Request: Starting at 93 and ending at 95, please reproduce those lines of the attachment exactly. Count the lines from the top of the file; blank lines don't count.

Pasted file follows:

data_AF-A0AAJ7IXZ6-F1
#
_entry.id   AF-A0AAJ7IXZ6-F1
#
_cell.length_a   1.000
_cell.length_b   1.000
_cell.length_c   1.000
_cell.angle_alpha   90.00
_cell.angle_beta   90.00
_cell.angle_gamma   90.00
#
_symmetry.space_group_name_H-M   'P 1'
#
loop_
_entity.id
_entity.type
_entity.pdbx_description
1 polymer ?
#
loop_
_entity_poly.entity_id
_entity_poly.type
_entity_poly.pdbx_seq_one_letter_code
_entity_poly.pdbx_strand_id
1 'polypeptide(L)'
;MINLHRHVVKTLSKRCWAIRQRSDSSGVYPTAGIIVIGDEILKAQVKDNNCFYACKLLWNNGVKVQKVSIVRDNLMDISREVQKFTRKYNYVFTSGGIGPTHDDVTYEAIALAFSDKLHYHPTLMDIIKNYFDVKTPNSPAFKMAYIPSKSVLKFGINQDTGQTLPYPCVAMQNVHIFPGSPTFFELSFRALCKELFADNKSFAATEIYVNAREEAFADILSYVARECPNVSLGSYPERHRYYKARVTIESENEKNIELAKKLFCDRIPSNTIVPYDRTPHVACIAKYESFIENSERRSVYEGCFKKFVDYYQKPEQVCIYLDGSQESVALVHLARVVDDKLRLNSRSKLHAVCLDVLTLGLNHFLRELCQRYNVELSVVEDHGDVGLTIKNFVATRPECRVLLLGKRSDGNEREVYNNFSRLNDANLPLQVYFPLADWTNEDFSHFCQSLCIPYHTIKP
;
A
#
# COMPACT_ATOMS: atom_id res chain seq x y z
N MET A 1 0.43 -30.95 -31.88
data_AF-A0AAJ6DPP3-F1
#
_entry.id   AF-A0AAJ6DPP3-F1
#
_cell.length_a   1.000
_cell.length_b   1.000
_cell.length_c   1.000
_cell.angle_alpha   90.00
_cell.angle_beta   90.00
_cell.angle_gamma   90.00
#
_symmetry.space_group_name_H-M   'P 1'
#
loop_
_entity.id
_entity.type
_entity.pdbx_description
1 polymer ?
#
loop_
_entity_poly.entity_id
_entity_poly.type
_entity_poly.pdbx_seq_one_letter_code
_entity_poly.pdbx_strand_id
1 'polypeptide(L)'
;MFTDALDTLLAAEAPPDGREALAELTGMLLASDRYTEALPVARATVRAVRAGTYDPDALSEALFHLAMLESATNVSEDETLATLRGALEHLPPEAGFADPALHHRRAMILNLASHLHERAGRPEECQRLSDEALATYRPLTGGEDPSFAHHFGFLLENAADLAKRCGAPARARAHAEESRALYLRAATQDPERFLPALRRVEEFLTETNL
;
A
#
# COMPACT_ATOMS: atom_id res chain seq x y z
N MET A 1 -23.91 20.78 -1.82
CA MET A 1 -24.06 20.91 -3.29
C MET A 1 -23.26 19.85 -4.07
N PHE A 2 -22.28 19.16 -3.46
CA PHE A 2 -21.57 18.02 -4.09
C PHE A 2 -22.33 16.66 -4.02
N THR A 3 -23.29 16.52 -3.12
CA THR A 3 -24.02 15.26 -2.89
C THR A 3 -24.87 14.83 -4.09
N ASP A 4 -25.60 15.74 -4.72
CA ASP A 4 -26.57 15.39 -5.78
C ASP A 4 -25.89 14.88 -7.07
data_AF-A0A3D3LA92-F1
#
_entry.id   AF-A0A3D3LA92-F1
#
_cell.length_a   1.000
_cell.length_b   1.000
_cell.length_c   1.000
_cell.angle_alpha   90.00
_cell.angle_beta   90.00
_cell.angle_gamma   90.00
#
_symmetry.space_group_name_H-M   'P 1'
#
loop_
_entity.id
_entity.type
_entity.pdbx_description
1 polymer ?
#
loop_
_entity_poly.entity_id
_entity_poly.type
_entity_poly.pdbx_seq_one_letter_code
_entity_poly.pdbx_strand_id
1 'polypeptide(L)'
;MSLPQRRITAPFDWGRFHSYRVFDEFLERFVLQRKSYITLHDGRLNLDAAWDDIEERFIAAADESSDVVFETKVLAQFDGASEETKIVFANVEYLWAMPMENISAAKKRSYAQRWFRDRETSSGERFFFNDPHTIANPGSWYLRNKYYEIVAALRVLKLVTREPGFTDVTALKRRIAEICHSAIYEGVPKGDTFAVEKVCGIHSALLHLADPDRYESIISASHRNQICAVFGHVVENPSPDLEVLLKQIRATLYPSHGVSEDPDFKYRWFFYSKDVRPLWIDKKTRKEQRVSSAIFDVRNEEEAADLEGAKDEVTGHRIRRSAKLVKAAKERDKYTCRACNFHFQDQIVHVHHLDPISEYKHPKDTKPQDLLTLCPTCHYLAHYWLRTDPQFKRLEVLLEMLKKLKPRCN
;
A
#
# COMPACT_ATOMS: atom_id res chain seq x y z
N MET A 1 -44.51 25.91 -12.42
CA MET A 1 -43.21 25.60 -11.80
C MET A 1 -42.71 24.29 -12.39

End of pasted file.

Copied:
loop_
_entity_poly.entity_id
_entity_poly.type